It's a testament to the calibre of entrepreneurs we have in Australia that the final ten on this list are still at the helm of dynamo businesses making a significant nationwide impact.
Many of them use innovative technology to enhance their own business or the companies of others.
They have an exciting potential to scale in industries including construction, marketing, student tuition, environmentally-friendly manufacturing, sports technology and digital development.
91. Nicholas Chapman (30)
Chapcon Design & Construct, Newstart Homes Australia
On the back of projects ranging from office fit-outs to nightclubs, Chapcon Design & Construct is growing at a swift pace as revenue doubles each year.
A carpenter by trade, Chapman founded the company in 2011, and his portfolio has been strengthened by a solid track record and willingness to take on unconventional builds.
These include a $2.2 million entertainment hub XCARGO created from stacked shipping containers in Brisbane's Fortitude Valley, while Chapcon has more creative design-and-construct projects in the pipeline.
"Being in the commercial building space you are only as good as your last project and growth is heavily dependent on the market cycle so the strategy for Chapcon is to continue delivering high quality projects and offering as much value as possible," says Chapman.
"Our focus on relationships and working with larger corporate outfits enables us to take advantage of the growth they have already experienced and capitalising on their need to expand, maintain or refurbish their premises."
As a true entrepreneur at heart, Chapman acquired Newstart Homes in late 2016 after it entered receivership and its former owner and construction mogul Bob Day went bankrupt.
This gave Chapman all of Newstart's IP but he was cautious with how to use it, taking the business off the market for a year before a formal relaunch in late 2017.
He says Newstart's processes and pricing are geared up to support a high volume of sales, which have been growing steadily to date.
"We have freshened up some of the designs as well as our spec and pricing so we're a lot more competitive with the broader market," he says.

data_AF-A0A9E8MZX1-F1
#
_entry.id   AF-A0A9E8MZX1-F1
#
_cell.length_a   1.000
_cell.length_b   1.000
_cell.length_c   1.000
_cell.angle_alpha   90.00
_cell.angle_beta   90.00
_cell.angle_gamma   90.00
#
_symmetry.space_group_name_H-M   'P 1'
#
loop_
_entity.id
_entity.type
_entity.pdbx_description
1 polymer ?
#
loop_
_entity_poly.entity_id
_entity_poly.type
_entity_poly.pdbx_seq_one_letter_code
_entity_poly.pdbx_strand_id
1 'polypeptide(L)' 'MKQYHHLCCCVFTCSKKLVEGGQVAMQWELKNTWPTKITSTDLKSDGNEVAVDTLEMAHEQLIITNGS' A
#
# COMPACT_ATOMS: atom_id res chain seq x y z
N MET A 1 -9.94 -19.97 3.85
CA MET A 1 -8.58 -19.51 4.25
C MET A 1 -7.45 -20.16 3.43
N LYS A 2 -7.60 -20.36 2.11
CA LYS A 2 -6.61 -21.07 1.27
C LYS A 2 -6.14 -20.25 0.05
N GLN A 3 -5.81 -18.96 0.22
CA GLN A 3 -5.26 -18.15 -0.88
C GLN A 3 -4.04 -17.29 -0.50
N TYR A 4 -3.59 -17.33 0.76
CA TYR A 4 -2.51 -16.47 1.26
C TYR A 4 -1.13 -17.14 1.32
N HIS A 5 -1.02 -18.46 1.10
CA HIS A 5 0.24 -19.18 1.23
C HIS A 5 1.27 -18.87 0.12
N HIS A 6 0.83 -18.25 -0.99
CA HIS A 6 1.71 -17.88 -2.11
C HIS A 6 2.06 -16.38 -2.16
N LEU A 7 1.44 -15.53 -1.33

He hopes to capture a lot of first home buyers with the company, but the group has a wide range of designs catering from that segment through to acreage-style homes with more extravagant designs.
92. Jeff Lynne (33)
For several years Lynne's Digital8 was a boutique agency, until it wasn't.
In 2016 the company's reputation for custom web and marketing solutions led to a sudden growth spurt that saw the business mature, supported as well by a strong focus on SEO.
"We place a heavy emphasis on customer experience and solution architecture to make the best possible impact we can on our clients," says Lynne.
Much of Digital8's work comes from social enterprise, charity, NGO and government work, but around 75 per cent of new business opportunities right now are coming from SMEs.
"Ordinarily a business would just refine its service offering to become more niche but helping everyone is part of our fabric and having an organic pipeline of SME leads of the magnitude we have is nothing to dismiss," he says.
"As a result, we are preparing to establish two new entities in addition to Digital8 so that we can better refine each unit to service specific customer types we have.
"One of these organisations will be implementing a digital services membership solution that we believe will be an Australian first offering."
Lynne tries to give back as much as he can to the Brisbane digital community with a well-regarded internship program, and the company also offers reduced costs and sometimes zero costs to organisations Digital8 believes have much to offer society at large.
"One such enterprise is Girl Shaped Flames, which is an organisation that connects successful women with high school age girls to help inspire them and foster a creative spark," he says.
93. Hayden McEvoy (28)
A Team Tuition
After struggling through high school as a result of his attention deficit disorder, Hayden McEvoy has been on a mission to revolutionise education in Queensland.
McEvoy hopes to accomplish this with A Team Tuition, a style of teaching that helped him breeze through an undergraduate science degree with almost straight high distinctions.
His tutoring business doesn't hire just anyone; a rigorous screening process ensures that tutors go into the workforce equipped with the skills they need to boost the learning potential of students.
A Team now has school partnerships too, allowing McEvoy to implement his structure in 15 major Queensland schools.
Scaling nationally is next on the agenda, once the required infrastructure is set in stone.
94. Mark Lim (39)
With management experience under his belt at major agribusiness lender Elders, Lim founded Magnetic Alliance eight years ago with a proven record of diagnosing companies' complex problems and finding solutions.
Through the company he was able to offer a level of consulting service usually only accessible to larger corporations, acting as a "co-pilot" for business owners so they can get ahead.